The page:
2.5 x 2.5 x 2.0 in. (2.5 in. when opened) Weight: 2.8 oz. Price: $79.99 (direct)
From the first, you know that the Matrix One is meant to be portable; it comes with a small travel bag along with a lightweight USB cord that doubles as a wired connection. (Unfortunately, the instruction leaflet is so portable as to be nearly illegible; I had to find a magnifying glass to read the tiny print.)
The Matrix One is a round white ball with silver and red highlights; the top is slightly recessed with a silver bar over it. One very different aspect of the device is that you don't simply turn it on -- you twist the two halves, and it pops open like a small accordion (this apparently enhances the bass sound).
The controls for the One are a bit awkward -- mainly because they're so small. A tiny rocker switch acts in several capacities; you raise the volume by pushing it to the right and holding it, and lower the volume by pushing it in the opposite direction. In order to go to the next track or the previous track, you move it to the right or left and immediately release it. To pause and play you push it straight in.
There is also a separate power switch with separate positions for Bluetooth and line-in connections. According to the company, the battery should last for up to 14 hours on a charge.
I was actually surprised at the sound I got from the Matrix One. The audio wasn't as full as what I got from the Logitech Mini Boombox, but it had a fairly good bass, especially considering the device's small size, and was quite loud and full enough for a small room (say, a hotel room).
As with the other very small speaker in this roundup, the Jam, I could hear a few seconds of static between the time I paused the audio and the time it cut off altogether. However, in the case of the Matrix One, it wasn't nearly as audible; I had to put my ear right down to the speaker to hear it, and most users will probably not notice it at all.
As a speakerphone, the Matrix One will do in a pinch. It announces a call with a rather quiet series of tones; you push the rocker switch to the side to pick up. (The first time, I pushed the rocker switch in and accidentally hung up on the call.)
From my end, the audio was slightly muddier than what the Mini Boombox provided, although I didn't notice any breakup at all. On my caller's end, the sound was a bit tinnier and what she described as gravelly, although when I turned the device so the mic was facing me, she said that the quality was almost equal to that of the Logitech speaker.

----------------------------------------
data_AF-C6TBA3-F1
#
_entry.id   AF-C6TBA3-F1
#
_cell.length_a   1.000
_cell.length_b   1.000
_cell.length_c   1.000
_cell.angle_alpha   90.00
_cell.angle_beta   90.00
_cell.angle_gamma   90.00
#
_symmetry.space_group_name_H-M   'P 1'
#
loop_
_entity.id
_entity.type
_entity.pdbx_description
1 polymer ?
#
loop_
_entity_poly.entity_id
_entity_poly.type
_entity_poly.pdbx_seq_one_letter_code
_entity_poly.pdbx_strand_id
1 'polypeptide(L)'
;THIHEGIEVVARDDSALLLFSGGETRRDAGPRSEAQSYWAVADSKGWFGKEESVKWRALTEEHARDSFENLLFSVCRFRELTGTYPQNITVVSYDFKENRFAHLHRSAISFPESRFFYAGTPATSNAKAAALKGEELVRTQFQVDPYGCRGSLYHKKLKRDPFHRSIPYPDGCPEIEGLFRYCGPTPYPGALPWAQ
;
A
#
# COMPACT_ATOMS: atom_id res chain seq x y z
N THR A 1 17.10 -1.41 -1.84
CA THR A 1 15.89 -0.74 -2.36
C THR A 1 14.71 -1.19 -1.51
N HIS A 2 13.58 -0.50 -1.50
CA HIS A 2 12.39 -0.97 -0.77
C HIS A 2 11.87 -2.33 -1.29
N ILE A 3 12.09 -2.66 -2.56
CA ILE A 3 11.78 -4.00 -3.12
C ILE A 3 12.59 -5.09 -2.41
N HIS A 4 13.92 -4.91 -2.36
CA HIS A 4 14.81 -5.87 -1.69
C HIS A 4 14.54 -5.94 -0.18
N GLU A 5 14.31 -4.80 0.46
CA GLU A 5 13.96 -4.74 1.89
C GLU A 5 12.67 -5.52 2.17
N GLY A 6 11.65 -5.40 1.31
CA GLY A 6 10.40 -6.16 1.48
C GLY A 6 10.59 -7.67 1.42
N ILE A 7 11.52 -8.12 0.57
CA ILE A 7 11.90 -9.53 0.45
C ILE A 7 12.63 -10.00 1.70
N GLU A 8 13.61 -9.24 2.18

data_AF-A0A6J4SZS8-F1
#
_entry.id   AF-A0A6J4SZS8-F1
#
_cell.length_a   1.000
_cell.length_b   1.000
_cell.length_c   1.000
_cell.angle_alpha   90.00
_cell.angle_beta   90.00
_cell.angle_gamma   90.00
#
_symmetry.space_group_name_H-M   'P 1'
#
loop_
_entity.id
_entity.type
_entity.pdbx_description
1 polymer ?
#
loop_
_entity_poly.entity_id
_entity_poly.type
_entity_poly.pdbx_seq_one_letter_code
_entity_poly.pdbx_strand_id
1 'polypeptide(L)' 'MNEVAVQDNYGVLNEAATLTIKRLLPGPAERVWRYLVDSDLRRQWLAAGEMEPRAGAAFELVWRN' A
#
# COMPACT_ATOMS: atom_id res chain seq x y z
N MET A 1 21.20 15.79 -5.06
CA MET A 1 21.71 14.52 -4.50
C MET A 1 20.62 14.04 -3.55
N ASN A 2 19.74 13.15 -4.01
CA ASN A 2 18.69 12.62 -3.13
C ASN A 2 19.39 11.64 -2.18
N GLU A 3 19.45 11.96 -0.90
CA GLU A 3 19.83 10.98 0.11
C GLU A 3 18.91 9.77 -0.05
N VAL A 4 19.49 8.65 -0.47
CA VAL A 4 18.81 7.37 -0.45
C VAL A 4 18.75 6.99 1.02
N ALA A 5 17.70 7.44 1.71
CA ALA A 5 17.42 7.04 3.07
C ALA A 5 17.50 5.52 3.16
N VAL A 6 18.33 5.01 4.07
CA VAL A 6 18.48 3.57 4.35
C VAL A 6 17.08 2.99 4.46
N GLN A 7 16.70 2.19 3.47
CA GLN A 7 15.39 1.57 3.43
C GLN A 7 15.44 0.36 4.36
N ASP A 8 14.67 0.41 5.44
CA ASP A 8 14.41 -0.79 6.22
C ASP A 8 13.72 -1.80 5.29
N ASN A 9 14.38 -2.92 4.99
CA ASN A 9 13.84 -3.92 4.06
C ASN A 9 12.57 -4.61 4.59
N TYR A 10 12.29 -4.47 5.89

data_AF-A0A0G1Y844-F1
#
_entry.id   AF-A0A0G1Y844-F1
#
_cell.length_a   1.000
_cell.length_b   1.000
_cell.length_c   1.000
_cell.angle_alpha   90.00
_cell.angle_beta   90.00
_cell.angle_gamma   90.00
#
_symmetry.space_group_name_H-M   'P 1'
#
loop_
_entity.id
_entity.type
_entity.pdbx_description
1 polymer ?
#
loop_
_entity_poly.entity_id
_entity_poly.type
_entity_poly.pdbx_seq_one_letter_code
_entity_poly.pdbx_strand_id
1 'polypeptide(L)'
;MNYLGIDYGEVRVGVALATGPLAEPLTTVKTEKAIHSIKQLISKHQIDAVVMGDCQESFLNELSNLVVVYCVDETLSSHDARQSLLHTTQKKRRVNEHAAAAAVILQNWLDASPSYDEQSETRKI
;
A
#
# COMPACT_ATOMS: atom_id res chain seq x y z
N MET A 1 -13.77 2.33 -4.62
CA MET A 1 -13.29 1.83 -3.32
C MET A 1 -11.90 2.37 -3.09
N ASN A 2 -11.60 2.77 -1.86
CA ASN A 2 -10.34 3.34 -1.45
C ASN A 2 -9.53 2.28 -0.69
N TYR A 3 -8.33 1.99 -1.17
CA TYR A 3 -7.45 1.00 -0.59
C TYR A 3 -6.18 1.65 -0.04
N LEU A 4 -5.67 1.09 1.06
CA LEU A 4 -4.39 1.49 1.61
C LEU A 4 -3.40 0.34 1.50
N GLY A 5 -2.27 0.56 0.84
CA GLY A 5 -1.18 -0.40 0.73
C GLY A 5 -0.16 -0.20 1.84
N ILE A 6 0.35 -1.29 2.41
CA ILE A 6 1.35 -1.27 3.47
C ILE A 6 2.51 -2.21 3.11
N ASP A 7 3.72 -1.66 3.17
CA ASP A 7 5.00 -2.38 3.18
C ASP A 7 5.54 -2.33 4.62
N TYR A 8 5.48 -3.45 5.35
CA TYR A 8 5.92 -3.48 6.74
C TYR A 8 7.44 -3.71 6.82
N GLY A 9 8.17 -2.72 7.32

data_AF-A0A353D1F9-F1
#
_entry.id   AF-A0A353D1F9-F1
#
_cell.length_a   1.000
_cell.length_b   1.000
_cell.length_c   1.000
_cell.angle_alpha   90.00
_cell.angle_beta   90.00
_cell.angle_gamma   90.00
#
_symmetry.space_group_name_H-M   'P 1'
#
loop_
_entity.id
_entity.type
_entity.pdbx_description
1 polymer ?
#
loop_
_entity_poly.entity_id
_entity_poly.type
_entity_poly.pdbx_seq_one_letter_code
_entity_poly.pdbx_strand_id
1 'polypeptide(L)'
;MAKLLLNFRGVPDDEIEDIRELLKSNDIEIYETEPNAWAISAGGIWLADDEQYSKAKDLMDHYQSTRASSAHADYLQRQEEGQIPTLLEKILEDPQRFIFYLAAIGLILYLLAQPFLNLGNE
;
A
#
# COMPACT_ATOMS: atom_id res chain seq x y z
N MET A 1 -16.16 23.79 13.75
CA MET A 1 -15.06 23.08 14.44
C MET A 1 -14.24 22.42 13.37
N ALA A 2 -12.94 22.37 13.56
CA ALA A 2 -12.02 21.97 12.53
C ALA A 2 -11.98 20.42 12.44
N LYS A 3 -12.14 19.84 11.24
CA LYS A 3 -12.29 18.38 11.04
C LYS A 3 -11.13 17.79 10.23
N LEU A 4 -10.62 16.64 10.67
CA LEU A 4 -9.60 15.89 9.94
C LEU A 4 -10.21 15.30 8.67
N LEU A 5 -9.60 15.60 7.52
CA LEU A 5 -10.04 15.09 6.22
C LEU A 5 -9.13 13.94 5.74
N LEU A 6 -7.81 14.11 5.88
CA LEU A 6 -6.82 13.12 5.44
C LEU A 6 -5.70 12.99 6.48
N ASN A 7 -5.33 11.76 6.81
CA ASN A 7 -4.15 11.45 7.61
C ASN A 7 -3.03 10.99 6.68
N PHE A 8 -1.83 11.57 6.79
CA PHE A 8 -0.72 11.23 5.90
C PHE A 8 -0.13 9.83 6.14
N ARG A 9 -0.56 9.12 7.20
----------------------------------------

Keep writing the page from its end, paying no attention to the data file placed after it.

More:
All in all, I became rather fond of the Matrix One. The sound isn't quite up to some of the more expensive speakers in this roundup, and the controls could be a bit easier for adult hands to use, but it's incredibly portable and perfect for throwing into a backpack or suitcase.
2.3 x 2.8 x 4.6 in. Weight: 8.0 oz. Price: $99.99 (direct), $80-$127 (retail)
The name of the Logitech Mini Boombox has, for me, rather unfortunate connotations -- I remember the days before personal mobile audio products when decidedly un-mini boomboxes deafened many NYC subway riders -- but otherwise, it's a nice little portable audio system.
Logitech Mini Boombox
The review unit came in black with the sides in red; there is also a model that is white with a black top, and one that is completely black.
Except for an on/off switch, mini-USB connection and Aux input in the back, all the features are accessed by touch controls on top of the unit -- they are illuminated by red LEDs and aren't visible unless you touch the top once. They let you go back to the previous track, go forward to the next track, pause/play, or raise or lower the volume. There's also a control that either pairs the Mini Boombox with your Bluetooth device, or answers a phone call, turning it into a speakerphone.
Unfortunately, while this is rather neat effect -- and could be useful at night or in darkened rooms -- I found it a bit inconvenient on two levels. First, it means that you have to touch the top twice in order to perform any function. Second, it would have been a lot better to have physical buttons that you could feel as well as see.
A small LED on the front lets you know how the battery life is doing; it shows blue when it's charged, red when it's starting to get low, and blinks red when it's nearing the end of its life. According to the company, the battery should last up to 10 hours on a charge.
For its size, I found the sound of the Mini Boombox surprisingly rich and clear, ideal for a nearby desk or bed table. As with the other, smaller speakers, there is very little stereo effect (not surprisingly, considering how close the speakers are to each other), and there is the expected distortion when it gets loud -- but on the whole, I was quite impressed, especially considering the size of the device.
As some industry experts wonder whether Apple will add wireless charging to its next iPhone, others...
Sorry, Microsoft and Magic Leap. The Silicon Valley smartphone giants have one thing you haven't got.
Oracle has released a guide to help developers move from Java 8 to Java 9
Uber Technologies scrambled on Monday to counter the sexism charges raised by a former employee, and...
SnapPower is designed to look like a standard outlet cover by day with beautiful LEDs that provide...
Apple, Microsoft and Amazon have agreed to give cloud storage subscribers fairer contracts after...